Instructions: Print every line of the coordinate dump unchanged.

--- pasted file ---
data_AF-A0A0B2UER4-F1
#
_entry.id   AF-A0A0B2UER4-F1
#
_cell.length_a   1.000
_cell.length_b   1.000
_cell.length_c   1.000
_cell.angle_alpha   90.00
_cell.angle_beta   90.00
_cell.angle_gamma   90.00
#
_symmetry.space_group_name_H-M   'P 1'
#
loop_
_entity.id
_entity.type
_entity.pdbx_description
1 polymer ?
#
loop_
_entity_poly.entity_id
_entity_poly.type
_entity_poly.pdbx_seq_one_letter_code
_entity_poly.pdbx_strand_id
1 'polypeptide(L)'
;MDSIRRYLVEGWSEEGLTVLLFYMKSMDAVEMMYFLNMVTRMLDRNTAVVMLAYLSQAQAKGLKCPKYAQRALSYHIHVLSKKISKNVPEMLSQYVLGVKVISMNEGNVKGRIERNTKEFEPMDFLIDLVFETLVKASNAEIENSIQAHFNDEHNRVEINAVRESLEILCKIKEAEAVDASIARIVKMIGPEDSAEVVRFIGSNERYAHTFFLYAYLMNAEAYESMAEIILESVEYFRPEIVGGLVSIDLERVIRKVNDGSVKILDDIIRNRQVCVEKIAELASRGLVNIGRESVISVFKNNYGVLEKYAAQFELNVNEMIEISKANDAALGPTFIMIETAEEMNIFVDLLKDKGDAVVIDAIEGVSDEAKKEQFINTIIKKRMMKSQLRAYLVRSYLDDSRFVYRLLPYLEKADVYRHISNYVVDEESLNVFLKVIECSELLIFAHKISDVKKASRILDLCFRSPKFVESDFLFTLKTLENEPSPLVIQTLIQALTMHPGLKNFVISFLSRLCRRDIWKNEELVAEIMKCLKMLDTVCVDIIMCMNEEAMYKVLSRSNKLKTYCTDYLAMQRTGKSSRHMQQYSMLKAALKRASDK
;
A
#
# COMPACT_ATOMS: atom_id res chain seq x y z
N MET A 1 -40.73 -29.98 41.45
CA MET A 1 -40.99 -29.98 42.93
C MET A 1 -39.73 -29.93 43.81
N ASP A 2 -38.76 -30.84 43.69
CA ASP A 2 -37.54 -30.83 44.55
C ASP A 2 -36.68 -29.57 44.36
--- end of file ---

data_AF-A0A0B2UER4-F1
#
_entry.id   AF-A0A0B2UER4-F1
#
_cell.length_a   1.000
_cell.length_b   1.000
_cell.length_c   1.000
_cell.angle_alpha   90.00
_cell.angle_beta   90.00
_cell.angle_gamma   90.00
#
_symmetry.space_group_name_H-M   'P 1'
#
loop_
_entity.id
_entity.type
_entity.pdbx_description
1 polymer ?
#
loop_
_entity_poly.entity_id
_entity_poly.type
_entity_poly.pdbx_seq_one_letter_code
_entity_poly.pdbx_strand_id
1 'polypeptide(L)'
;MDSIRRYLVEGWSEEGLTVLLFYMKSMDAVEMMYFLNMVTRMLDRNTAVVMLAYLSQAQAKGLKCPKYAQRALSYHIHVLSKKISKNVPEMLSQYVLGVKVISMNEGNVKGRIERNTKEFEPMDFLIDLVFETLVKASNAEIENSIQAHFNDEHNRVEINAVRESLEILCKIKEAEAVDASIARIVKMIGPEDSAEVVRFIGSNERYAHTFFLYAYLMNAEAYESMAEIILESVEYFRPEIVGGLVSIDLERVIRKVNDGSVKILDDIIRNRQVCVEKIAELASRGLVNIGRESVISVFKNNYGVLEKYAAQFELNVNEMIEISKANDAALGPTFIMIETAEEMNIFVDLLKDKGDAVVIDAIEGVSDEAKKEQFINTIIKKRMMKSQLRAYLVRSYLDDSRFVYRLLPYLEKADVYRHISNYVVDEESLNVFLKVIECSELLIFAHKISDVKKASRILDLCFRSPKFVESDFLFTLKTLENEPSPLVIQTLIQALTMHPGLKNFVISFLSRLCRRDIWKNEELVAEIMKCLKMLDTVCVDIIMCMNEEAMYKVLSRSNKLKTYCTDYLAMQRTGKSSRHMQQYSMLKAALKRASDK
;
A
#
# COMPACT_ATOMS: atom_id res chain seq x y z
N MET A 1 -40.73 -29.98 41.45
CA MET A 1 -40.99 -29.98 42.93
C MET A 1 -39.73 -29.93 43.81
N ASP A 2 -38.76 -30.84 43.69
CA ASP A 2 -37.54 -30.83 44.55
C ASP A 2 -36.68 -29.57 44.36